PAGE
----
Durham commemorates Holocaust Memorial Day


On 27th January, Durham commemorated Holocaust Memorial Day (HMD), an opportunity of remembrance for the 6 million Jews murdered during the Holocaust, alongside millions of people of other groups persecuted under the Nazi regime’s genocide.

The day, which marks the anniversary of the liberation of the concentration at Auschwitz on 27th January 1945, encourages reflection on modern genocides, and provides an opportunity to stand against prejudice and hatred. This year marks the 75th anniversary of the Rwandan genocide, where the Rwandan government backed the murder of an estimated one million Tutsis and moderate Hutus.

As a sign of commemoration, Durham’s Castle and Cathedral were lit up in purple alongside many other iconic buildings and landmarks across the UK. Every year, the Holocaust Memorial Day Trust encourages the lighting of candles as part of the “light the darkness” moment of reflection. This year 6 million candles were lit, representing the 6 million lives lost during the Holocaust.

An event was held in Durham Cathedral this year, with Rob Rinder, the TV show host and barrister, who shared his family’s experience of surviving the Nazis. During his speech, he invited people to “reflect on the fragility of freedom”. 

Mr Rinder’s grandfather was one of 300 “Windermere children” who managed to escape and begin new lives in the Lake District after the defeat of the Nazis. He hopes that young people listening to his story will “go into the world understanding how democracy requires each and every one of them to preserve, to protect and to defend it.” The Cathedral also hosted the “Surviving Belsen” display and an exhibition reflecting the killings of Gypsies during the Second World War.

As a sign of commemoration, Durham’s Castle and Cathedral were lit up in purple alongside many other iconic buildings and landmarks across the UK

Several events were held within the University. On 26th January Stephenson College and Durham University Jewish Society (JSoc) held a remembrance event. Dr Bea Lewkowicz was invited to speak, exploring the testimonies of three Holocaust survivors, in the context of this year’s theme of the “fragility of freedom”, as well as poetry readings, and the lighting of candles. On 27th January, University College and JSoc hosted an event based on the “fragility of freedom”, discussing the ten stages of genocide, through the stories of people whose freedom was gradually restricted, and who were often murdered.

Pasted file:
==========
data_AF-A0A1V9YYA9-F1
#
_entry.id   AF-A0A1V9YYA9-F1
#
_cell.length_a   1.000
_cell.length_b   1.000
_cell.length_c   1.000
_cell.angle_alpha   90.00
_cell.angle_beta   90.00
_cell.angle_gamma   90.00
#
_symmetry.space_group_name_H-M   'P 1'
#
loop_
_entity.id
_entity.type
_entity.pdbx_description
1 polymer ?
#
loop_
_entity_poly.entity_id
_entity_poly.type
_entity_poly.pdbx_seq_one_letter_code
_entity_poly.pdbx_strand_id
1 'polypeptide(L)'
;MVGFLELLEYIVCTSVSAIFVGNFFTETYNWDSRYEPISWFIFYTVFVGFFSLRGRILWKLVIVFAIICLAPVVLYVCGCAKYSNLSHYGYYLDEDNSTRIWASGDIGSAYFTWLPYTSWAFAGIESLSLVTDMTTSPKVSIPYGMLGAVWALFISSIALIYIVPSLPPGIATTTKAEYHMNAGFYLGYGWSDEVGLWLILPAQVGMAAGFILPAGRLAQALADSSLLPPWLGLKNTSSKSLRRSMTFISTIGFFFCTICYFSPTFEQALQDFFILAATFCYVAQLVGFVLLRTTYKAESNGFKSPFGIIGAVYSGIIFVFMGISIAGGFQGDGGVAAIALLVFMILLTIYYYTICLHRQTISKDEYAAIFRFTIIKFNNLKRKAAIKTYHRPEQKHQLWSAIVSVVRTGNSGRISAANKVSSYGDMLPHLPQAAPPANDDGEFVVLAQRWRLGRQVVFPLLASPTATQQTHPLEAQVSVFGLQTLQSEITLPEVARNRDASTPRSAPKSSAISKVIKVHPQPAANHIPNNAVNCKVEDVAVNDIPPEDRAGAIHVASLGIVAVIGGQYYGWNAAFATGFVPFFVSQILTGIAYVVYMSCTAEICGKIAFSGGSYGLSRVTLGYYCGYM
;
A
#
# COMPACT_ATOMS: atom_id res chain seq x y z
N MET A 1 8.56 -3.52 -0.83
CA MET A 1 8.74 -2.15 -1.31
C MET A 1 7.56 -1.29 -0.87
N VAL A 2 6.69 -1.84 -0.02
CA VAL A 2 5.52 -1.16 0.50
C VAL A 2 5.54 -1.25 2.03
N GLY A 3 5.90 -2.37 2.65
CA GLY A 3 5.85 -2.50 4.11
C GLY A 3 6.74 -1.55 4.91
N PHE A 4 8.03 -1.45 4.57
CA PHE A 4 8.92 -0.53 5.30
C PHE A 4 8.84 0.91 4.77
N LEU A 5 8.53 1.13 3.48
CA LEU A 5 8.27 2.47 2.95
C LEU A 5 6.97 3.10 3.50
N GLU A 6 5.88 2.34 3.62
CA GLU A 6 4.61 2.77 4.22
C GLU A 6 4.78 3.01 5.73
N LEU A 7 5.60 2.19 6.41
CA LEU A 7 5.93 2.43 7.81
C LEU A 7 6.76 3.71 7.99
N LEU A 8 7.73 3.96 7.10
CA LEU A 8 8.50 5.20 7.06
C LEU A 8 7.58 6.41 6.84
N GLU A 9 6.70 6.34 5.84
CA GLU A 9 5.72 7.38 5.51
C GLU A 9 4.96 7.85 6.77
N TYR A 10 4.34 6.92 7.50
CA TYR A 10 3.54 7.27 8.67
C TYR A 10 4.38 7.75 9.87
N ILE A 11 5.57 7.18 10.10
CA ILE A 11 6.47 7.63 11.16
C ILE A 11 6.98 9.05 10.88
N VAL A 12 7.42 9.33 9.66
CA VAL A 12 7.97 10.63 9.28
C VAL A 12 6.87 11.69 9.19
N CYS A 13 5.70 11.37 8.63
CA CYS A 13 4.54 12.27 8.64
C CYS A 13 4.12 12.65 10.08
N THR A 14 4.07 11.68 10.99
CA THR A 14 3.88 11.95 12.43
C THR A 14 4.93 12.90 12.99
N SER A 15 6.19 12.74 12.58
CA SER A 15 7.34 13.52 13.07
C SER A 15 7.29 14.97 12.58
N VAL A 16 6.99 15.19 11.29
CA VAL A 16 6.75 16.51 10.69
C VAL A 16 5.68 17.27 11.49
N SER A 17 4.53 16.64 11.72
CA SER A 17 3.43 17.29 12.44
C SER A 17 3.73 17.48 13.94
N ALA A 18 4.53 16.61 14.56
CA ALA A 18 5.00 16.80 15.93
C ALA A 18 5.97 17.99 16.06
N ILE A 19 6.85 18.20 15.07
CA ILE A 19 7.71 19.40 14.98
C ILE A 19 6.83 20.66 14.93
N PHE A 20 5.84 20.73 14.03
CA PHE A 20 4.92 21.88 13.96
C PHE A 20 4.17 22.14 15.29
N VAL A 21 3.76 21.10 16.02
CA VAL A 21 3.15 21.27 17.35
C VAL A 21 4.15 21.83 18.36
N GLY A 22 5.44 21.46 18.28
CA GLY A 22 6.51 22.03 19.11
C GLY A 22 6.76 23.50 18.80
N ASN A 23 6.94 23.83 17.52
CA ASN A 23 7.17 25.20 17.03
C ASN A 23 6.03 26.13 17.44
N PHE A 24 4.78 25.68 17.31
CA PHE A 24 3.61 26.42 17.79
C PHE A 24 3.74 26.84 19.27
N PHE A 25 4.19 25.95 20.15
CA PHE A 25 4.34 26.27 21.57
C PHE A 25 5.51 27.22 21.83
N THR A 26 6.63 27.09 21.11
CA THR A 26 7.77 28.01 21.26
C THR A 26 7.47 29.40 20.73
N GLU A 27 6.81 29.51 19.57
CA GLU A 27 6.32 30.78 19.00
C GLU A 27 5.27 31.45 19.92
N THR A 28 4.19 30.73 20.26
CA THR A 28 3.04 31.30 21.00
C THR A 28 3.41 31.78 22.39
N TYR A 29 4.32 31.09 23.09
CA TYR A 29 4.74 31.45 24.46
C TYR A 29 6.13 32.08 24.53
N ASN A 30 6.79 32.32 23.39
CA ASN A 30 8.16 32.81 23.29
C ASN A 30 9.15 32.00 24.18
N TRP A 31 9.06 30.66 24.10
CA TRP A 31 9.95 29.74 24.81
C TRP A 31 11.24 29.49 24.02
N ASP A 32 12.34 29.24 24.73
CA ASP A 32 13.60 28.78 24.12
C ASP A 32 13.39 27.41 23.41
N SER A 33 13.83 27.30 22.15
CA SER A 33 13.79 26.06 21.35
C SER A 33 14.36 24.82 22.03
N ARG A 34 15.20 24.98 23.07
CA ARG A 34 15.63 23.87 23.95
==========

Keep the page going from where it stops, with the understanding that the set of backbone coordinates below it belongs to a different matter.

St Aidan’s College hosted the Porrajmos Exhibition between 22nd January to 2nd February, featuring the story of the persecution and deaths of estimated hundreds and thousands of Roma and Sinti Gypsies during the Second World War. The event spoke of personal stories from the lives of those affected, giving people the opportunity to further understand Gypsy, Roma and Traveller history. 

Last year’s outreach officer for Durham University Jewish Society wrote a post on the University’s The Durham Student blog describing what Holocaust Memorial Day means to her. She wrote that “this day reminds society today of the severe danger of letting discrimination go unchecked.”

“Having visited Yad Vashem, the National Holocaust Memorial site in Israel, I was deeply motivated to think about how I can personally ensure that the Holocaust is never forgotten. It is not just a day that we remember and commemorate all the victims, but marks a precedent for every day, to never forget the atrocity and the systemic murdering of whole generations.”

Image: Durham Cathedral lit up for Holocaust Memorial Day in 2021 (Imogen Usherwood) 

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